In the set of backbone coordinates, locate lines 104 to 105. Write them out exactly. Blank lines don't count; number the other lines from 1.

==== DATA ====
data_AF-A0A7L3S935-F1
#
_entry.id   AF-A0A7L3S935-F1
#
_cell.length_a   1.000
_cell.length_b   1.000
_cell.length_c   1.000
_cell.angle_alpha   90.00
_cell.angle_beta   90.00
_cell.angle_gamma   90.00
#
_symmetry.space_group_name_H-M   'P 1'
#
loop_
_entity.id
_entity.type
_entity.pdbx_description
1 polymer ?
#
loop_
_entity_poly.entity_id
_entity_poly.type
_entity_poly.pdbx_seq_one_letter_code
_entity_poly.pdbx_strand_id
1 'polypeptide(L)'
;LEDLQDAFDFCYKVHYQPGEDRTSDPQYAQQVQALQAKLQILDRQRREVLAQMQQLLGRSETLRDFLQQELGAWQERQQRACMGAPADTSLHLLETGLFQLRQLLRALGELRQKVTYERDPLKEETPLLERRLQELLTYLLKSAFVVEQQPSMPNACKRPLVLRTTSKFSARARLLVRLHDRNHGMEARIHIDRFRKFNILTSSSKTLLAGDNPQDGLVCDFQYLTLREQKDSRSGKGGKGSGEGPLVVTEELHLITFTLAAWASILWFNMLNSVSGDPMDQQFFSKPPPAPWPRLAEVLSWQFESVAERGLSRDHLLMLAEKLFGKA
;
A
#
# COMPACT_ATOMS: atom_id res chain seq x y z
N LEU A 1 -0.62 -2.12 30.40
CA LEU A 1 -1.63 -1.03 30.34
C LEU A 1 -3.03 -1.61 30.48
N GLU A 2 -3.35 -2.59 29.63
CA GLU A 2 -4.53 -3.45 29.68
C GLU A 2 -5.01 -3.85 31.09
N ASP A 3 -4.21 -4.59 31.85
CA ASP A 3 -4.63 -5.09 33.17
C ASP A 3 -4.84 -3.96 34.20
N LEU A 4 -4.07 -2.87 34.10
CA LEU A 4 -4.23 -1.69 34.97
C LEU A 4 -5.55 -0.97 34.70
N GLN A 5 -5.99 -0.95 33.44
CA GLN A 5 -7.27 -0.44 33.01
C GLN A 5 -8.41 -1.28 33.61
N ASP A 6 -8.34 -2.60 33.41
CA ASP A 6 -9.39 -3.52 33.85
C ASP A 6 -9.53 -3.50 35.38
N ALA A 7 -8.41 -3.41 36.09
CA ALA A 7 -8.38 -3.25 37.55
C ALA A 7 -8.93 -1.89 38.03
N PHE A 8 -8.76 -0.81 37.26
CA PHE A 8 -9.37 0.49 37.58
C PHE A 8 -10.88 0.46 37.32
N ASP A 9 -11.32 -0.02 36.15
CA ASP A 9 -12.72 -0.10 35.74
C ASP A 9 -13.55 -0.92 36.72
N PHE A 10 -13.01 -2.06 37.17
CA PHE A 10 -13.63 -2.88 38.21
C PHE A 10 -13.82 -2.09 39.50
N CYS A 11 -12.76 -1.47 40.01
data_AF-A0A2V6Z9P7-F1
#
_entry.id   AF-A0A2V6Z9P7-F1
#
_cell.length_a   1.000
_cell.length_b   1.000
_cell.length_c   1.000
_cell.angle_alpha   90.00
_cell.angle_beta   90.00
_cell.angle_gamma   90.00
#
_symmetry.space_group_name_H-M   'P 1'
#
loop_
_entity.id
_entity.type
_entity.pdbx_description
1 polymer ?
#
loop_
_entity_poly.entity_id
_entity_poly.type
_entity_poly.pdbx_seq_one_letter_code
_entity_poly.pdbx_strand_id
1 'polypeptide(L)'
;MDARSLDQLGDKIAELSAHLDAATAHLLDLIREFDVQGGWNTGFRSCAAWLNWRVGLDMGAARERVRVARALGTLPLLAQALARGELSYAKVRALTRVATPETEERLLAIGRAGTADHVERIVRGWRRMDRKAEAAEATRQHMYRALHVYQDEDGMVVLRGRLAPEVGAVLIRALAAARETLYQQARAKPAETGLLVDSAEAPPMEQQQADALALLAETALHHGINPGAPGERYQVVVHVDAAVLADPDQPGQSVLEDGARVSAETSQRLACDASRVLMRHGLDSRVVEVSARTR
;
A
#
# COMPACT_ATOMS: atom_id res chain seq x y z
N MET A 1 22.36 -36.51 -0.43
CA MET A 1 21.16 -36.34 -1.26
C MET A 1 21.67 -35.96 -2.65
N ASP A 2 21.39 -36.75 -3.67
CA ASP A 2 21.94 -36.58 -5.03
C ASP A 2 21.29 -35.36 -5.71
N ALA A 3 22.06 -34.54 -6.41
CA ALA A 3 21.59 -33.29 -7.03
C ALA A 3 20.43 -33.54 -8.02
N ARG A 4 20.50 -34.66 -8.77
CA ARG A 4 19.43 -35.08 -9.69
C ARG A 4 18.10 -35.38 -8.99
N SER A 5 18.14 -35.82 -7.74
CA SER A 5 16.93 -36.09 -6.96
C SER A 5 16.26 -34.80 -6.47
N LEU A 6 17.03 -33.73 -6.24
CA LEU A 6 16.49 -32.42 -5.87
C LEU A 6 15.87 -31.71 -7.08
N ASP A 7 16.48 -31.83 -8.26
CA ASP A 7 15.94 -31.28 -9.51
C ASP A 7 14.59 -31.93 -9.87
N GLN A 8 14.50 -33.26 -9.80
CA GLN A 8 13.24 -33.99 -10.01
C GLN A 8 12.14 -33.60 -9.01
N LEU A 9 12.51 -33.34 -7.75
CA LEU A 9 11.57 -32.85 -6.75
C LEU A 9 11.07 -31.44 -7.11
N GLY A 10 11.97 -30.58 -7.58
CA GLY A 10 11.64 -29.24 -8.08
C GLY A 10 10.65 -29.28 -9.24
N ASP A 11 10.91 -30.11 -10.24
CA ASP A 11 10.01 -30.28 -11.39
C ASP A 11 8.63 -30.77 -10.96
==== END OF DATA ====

N SER A 5 18.14 -35.82 -7.74
CA SER A 5 16.93 -36.09 -6.96